Somewhere in France

Somewhere in France

Wednesday, November 20, 2013

War Decorations for Nurses

On their website, The Canadian Great War Project has reprinted an article from the Toronto World of Wednesday, September 25, 1918, entitled Six Nurses Win Military Medal. I'd like to reprint an excerpt of that article here as a reminder of the kinds of bravery exhibited by many Canadian nurses during the First World War.

Six Nurses Win Military Medal
Decorated for Conspicuous Bravery During Air Raids of the Enemy
Other Honors Given
Officers Gain Bar to Military Cross for Exceptional Gallantry in Field

London, Sept. 24. Six Canadian nurses were tonight gazetted as having won the military medal for bravery during enemy raids. Matron Edith Campbell of Point Claire attended wounded sisters regardless of personal danger; Lenora Herrington of Napanee, remained on duty the entire night and her personal example of courage was largely responsible for the maintenance of discipline and efficiency. Lottie Urquhart , New Glasgow, N.S., when four bombs fell on her wards, attended the wounded with a courage and devotion which was an inspiring example. Janet Mary Williamson of Grenville, Quebec displayed exceptional coolness in a badly damaged ward, sustaining the patients and ensuring their evacuation. Meta Hodge of Hamilton and Eleanor Jean Thompson of Valleyfield, Quebec, although both injured by a falling beam, extinguished with great presence of mind, overturned oil stoves, later helping to remove the patients.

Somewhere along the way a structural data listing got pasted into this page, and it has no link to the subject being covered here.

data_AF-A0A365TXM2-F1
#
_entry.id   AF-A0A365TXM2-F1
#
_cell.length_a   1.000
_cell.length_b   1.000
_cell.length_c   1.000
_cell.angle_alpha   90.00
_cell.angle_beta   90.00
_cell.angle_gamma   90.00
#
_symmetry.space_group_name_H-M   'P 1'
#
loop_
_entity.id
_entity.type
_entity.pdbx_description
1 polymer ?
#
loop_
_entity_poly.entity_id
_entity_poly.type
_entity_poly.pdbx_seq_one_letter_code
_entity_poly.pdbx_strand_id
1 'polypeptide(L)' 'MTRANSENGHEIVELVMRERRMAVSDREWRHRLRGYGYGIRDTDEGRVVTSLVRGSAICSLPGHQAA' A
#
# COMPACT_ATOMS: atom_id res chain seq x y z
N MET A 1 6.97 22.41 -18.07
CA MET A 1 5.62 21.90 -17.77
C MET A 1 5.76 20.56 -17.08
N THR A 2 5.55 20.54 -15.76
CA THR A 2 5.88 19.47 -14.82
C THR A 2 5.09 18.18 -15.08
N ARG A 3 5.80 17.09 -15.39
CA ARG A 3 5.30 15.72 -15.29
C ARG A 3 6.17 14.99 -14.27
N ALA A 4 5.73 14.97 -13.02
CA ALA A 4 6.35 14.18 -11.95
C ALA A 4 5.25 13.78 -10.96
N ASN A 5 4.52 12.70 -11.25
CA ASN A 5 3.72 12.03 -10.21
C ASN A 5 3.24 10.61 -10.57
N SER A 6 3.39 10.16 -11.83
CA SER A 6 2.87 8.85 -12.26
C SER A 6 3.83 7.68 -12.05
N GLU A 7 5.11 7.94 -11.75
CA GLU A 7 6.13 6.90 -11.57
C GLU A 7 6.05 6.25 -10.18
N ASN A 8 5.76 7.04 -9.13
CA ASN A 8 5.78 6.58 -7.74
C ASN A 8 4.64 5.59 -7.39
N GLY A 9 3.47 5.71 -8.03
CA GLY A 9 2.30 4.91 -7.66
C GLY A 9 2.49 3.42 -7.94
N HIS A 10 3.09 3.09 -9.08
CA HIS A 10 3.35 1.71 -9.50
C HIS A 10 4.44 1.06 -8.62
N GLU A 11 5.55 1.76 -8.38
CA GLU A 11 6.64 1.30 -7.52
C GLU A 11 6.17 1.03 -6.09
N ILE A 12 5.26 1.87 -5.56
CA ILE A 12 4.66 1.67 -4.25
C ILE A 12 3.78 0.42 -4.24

1 comment:

  1. They were officers. Why weren't they awarded the Military Cross?